Stark Law "Set In Advance" Rule Definition Delayed
The Centers for Medicare and Medicaid Services, DHHS ("CMS") has delayed for one year (until January 6, 2003) the effective date of the Stark law exception definition for compensation "set in advance" appearing in § 411.354(d)(1). 66 Fed. Reg. 60154 (Dec. 3, 2001). The delay will permit CMS to reconsider its previous determination that "percentage compensation" arrangements do not meet the "set in advance" requirement.
CMS has received numerous comments stating that percentage compensation arrangements with physicians are routinely utilized and, in many instances, benign relationships that should be able to qualify under Stark exceptions that include the "set in advance" requirement. Commenters also pointed out that CMS's position on percentage compensation arrangements was inconsistent with its general relaxation of the agency's "set in advance" interpretation in the January 4, 2001 Final Rule, which permits "per use" arrangements to qualify for a Stark exception even when the actual aggregate payment amount in these relationships were also not calculable "in advance."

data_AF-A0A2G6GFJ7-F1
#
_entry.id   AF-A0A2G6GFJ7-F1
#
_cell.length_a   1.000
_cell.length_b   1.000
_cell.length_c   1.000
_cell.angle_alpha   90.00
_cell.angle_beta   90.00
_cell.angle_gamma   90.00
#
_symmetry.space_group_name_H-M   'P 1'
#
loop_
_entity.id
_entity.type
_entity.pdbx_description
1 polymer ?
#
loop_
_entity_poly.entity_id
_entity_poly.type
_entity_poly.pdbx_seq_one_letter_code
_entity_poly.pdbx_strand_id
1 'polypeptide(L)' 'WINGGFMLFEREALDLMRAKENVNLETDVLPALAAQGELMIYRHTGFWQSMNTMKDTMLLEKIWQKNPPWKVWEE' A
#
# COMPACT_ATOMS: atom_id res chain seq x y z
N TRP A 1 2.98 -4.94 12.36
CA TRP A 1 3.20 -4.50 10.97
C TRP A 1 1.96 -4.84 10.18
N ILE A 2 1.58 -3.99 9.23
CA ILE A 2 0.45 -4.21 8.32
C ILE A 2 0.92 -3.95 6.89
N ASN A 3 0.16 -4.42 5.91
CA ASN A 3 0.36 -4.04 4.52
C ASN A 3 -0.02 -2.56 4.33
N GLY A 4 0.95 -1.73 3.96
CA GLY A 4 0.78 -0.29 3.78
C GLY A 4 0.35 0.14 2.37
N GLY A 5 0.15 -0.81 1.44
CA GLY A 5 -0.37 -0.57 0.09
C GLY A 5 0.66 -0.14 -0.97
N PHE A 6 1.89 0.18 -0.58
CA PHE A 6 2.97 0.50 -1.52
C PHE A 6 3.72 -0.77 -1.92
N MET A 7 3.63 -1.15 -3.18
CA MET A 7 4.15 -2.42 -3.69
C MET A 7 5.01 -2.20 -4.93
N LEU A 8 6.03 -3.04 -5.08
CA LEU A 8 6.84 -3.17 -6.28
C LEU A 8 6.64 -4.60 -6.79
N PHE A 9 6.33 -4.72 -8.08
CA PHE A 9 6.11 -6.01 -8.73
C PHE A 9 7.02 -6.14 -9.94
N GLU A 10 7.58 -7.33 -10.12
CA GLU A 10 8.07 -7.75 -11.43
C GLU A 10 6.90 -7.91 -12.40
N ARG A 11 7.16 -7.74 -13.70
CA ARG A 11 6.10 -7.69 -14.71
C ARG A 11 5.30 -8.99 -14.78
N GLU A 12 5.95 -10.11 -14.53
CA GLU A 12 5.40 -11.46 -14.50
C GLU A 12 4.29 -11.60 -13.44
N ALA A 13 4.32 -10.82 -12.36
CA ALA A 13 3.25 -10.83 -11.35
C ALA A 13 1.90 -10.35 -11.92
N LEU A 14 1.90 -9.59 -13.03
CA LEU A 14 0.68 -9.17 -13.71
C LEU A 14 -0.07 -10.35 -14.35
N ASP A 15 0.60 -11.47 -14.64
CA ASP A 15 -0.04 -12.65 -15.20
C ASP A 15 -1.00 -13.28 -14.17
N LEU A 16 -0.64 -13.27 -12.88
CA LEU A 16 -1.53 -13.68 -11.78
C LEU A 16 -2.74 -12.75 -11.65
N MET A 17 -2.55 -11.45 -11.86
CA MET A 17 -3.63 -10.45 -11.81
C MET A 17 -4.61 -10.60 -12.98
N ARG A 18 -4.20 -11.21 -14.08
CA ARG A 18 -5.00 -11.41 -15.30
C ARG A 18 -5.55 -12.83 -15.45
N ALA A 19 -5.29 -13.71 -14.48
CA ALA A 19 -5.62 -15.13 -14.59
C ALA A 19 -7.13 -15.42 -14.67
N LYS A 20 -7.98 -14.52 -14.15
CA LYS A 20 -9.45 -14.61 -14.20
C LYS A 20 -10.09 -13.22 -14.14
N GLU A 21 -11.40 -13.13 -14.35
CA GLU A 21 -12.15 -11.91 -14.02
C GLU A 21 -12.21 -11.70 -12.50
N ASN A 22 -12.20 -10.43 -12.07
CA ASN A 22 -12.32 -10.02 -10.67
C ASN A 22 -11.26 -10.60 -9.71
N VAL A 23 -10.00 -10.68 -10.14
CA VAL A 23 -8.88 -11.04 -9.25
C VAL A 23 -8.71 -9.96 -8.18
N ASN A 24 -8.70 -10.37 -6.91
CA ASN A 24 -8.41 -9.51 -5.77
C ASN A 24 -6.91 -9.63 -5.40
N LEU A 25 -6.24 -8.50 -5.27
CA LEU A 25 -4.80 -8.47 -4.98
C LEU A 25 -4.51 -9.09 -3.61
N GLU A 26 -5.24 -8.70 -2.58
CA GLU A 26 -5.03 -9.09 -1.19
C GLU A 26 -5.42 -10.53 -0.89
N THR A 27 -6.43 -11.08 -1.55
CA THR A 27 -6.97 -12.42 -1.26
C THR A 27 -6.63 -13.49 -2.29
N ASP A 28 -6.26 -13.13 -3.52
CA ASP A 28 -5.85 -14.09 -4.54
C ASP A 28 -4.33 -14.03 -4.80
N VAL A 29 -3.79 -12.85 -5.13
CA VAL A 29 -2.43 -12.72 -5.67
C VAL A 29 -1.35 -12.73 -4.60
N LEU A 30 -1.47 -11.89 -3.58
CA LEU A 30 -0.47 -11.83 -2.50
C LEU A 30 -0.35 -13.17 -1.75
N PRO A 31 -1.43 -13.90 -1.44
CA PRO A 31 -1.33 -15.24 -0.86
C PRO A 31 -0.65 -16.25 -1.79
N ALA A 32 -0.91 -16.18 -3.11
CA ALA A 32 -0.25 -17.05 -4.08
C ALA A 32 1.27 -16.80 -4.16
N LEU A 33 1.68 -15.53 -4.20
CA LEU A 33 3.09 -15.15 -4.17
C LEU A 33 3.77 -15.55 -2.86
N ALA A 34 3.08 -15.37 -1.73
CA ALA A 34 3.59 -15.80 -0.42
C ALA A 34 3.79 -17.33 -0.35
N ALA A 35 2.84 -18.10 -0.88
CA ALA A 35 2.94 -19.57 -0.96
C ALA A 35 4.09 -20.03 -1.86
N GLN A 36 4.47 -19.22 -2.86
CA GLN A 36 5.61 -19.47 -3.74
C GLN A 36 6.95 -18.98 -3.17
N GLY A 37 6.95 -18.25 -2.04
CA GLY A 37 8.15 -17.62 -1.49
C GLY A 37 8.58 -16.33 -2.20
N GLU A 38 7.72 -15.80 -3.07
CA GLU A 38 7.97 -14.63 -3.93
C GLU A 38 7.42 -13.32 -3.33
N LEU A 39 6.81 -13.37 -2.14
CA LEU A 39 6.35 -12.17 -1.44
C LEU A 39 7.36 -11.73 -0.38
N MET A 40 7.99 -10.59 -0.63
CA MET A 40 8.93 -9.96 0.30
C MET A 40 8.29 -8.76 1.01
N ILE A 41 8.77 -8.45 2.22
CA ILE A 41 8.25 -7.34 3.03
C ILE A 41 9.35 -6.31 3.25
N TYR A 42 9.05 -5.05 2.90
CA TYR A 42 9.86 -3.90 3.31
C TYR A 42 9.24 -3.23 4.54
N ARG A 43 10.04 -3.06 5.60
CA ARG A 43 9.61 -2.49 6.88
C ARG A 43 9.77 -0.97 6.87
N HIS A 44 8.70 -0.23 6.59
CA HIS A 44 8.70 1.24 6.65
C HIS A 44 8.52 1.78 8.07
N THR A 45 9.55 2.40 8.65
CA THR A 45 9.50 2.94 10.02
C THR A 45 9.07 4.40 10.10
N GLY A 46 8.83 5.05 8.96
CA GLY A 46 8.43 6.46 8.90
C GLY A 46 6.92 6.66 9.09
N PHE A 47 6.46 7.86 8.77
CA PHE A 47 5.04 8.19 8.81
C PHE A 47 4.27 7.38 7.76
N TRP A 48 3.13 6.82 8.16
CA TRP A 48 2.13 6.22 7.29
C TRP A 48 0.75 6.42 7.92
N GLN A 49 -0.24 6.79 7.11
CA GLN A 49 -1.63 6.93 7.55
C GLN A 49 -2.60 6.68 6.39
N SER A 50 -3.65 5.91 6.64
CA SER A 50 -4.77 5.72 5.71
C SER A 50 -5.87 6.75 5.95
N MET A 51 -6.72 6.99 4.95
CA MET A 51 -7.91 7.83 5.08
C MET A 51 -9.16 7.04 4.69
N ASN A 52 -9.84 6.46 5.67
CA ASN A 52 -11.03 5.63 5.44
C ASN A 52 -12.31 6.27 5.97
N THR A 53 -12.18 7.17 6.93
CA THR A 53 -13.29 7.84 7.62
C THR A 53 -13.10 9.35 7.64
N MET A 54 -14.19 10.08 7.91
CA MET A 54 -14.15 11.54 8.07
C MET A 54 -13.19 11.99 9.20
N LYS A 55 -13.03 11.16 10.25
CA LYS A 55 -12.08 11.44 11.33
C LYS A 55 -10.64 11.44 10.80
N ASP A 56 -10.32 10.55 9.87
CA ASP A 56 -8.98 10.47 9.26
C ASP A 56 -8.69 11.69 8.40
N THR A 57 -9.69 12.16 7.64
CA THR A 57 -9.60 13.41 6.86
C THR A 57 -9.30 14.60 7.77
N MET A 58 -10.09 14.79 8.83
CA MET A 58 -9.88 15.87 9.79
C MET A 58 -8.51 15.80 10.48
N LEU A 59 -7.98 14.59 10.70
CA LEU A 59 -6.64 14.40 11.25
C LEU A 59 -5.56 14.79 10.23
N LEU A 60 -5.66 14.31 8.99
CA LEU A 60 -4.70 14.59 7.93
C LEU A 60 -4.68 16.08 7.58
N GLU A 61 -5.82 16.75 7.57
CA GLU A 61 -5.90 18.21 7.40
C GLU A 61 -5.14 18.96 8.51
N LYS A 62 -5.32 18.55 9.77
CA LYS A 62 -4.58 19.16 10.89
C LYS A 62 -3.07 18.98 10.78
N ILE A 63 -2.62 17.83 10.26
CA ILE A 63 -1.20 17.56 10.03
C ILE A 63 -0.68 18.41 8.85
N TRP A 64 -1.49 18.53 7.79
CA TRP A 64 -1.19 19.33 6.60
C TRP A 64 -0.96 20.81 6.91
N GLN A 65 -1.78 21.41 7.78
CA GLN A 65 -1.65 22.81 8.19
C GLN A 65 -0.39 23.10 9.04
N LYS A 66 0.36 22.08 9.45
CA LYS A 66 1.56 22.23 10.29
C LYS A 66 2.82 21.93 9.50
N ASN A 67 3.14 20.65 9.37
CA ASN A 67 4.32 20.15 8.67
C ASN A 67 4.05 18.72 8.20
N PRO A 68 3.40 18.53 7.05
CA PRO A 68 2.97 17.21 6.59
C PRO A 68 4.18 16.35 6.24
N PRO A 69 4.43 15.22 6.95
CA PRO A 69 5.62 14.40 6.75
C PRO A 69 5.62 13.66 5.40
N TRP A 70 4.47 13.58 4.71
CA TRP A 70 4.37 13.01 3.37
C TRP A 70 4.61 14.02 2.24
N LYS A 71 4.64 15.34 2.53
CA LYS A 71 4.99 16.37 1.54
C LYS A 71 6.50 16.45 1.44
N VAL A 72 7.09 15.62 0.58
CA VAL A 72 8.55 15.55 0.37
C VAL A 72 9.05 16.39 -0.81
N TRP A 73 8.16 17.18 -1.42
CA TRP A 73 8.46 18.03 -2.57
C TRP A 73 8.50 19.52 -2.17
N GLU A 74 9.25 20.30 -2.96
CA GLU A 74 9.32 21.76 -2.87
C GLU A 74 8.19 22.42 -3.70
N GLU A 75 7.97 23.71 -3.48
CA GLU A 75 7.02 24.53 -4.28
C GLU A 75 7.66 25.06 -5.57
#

Postponing imposition of this component of the "set in advance" definition for one year, CMS acknowledged the hardship to be placed on providers and physicians (and, ultimately, the Medicare program and its beneficiaries) if numerous percentage-based physician compensation arrangements needed to be renegotiated and revised in the next thirty days.
All other criteria required to meet a particular Stark exception remain in place and must be met. For example, compensation arrangements must continue to be based upon "fair market value," and not take into account the "volume or value of referrals," where these criteria must be met to fit within a particular exception.
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